Portuguese investigators have detailed a hard landing incident two months ago in which a SATA Airbus A320 touched down heavily in the Azores, bounced, and then hit the runway with even greater force.
Despite the aircraft's suffering damage in the 4 August incident, it flew another six sectors before a more detailed examination was conducted.
SATA had only just taken delivery of the brand-new A320, CS-TKO, owned by US lessor International Lease Finance (ILFC).
The aircraft, arriving from Lisbon, had conducted a stable approach to runway 30 at the Azores' Ponta Delgada Airport but the initial impact, which registered 2.13g, caused the jet to lift again to a height of 12ft (3.65m).
At this point the aircraft's throttle levers had been in the 'climb' position but, during the bounce, the throttle was retarded to 'idle'. The A320's spoilers started to deploy, interrupting the lift and the aircraft descended again, hitting the runway with an impact of 4.86g.
Portugal's air accident investigation agency, GPIAA, points out that the aircraft's configuration at the first touchdown left the spoilers retracted - enabling it to become airborne more easily - and that the subsequent thrust reduction allowed the "inappropriate" secondary deployment of spoilers.
The GPIAA states that spoiler deployment can aid stability in the event of a small bounce, but that Airbus procedures for a heavy bounce require the crew to initiate a go-around rather than attempt to rescue the landing.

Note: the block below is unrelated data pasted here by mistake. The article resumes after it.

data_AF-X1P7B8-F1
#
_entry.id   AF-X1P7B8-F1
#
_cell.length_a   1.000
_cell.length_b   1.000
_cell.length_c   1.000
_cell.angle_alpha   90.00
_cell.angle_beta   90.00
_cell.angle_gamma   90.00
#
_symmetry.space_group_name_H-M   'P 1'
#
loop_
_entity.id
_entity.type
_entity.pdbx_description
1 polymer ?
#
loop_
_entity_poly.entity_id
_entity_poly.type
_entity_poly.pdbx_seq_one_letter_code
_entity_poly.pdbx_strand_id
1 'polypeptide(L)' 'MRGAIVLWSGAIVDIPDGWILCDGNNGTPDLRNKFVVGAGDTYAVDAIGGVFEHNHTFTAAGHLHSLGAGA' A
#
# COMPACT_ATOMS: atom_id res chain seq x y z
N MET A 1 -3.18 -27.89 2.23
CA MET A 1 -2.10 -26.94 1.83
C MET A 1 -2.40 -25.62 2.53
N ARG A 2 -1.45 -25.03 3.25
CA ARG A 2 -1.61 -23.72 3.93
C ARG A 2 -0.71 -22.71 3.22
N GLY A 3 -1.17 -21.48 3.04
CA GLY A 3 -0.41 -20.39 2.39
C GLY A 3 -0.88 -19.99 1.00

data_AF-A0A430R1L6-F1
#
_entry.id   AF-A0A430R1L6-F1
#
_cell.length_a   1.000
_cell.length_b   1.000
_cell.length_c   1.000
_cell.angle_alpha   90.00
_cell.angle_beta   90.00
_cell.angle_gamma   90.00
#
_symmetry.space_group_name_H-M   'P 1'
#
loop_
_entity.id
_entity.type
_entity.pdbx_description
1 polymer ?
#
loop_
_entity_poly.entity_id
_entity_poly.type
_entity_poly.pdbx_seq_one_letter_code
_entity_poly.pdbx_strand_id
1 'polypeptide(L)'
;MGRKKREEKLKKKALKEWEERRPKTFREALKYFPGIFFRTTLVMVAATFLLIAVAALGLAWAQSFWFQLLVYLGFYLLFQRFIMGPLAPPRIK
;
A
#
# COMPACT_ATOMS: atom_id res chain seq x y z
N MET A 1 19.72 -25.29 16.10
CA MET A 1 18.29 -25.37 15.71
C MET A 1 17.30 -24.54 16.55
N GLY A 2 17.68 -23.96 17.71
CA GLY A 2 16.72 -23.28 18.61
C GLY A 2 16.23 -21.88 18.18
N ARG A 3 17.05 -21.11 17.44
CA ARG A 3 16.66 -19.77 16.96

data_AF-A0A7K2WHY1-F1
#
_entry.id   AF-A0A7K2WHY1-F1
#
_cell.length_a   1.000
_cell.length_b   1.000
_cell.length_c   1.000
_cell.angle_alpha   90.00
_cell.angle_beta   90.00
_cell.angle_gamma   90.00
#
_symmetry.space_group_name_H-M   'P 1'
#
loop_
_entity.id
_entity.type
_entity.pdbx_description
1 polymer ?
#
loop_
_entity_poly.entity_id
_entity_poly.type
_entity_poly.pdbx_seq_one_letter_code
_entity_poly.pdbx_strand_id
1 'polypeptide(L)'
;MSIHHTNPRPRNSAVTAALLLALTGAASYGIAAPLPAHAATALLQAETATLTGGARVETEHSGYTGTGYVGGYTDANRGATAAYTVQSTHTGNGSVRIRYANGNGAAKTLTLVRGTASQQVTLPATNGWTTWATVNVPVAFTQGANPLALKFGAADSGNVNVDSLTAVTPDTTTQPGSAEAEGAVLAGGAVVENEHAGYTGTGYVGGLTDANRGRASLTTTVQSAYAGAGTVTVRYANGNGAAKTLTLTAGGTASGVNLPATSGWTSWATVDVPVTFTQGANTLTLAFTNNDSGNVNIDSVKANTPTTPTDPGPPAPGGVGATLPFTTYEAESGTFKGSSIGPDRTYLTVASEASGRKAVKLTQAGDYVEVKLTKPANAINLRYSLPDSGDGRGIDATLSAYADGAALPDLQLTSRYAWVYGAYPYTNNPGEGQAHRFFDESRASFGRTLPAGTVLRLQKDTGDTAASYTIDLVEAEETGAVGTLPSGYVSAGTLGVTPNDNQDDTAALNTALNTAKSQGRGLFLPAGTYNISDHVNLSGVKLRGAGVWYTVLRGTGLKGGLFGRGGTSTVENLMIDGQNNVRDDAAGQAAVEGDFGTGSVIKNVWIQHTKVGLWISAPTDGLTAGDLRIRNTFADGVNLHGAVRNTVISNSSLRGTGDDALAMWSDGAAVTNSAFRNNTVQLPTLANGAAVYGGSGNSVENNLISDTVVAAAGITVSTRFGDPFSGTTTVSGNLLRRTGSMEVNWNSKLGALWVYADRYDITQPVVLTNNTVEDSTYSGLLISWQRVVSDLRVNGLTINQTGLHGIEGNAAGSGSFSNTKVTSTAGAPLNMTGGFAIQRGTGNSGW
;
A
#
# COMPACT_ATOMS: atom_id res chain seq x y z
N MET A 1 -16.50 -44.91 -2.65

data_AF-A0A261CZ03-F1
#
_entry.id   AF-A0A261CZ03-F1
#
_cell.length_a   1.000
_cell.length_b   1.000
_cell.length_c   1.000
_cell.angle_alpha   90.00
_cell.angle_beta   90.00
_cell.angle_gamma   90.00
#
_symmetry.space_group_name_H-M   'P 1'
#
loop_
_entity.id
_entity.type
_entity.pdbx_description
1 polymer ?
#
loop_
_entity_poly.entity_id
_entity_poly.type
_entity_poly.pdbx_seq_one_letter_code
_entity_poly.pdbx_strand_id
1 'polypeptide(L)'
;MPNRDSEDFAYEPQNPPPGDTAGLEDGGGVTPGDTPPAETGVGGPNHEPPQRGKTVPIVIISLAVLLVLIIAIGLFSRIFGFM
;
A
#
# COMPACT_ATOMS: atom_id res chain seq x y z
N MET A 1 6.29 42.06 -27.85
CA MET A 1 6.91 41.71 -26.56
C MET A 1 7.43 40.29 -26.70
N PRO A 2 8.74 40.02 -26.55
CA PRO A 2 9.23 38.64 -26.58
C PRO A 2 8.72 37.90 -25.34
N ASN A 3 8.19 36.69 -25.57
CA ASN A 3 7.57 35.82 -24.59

While the captain brought the incident to the attention of technicians in the Azores, a visual inspection of the landing-gear "did not detect any abnormality", says the GPIAA. It adds that load data retrieved from the aircraft were difficult to interpret.
Although a suspected hard landing was recorded in technical logs, the aircraft was cleared to operate back to Lisbon, where the captain again sought assistance to interpret the load data.
Six flights were carried out before the aircraft underwent a closer inspection, which revealed damage to main landing-gear structures and the aircraft's tyres.
None of the 166 passengers and seven crew members was injured during the incident. The GPIAA says the inquiry is continuing.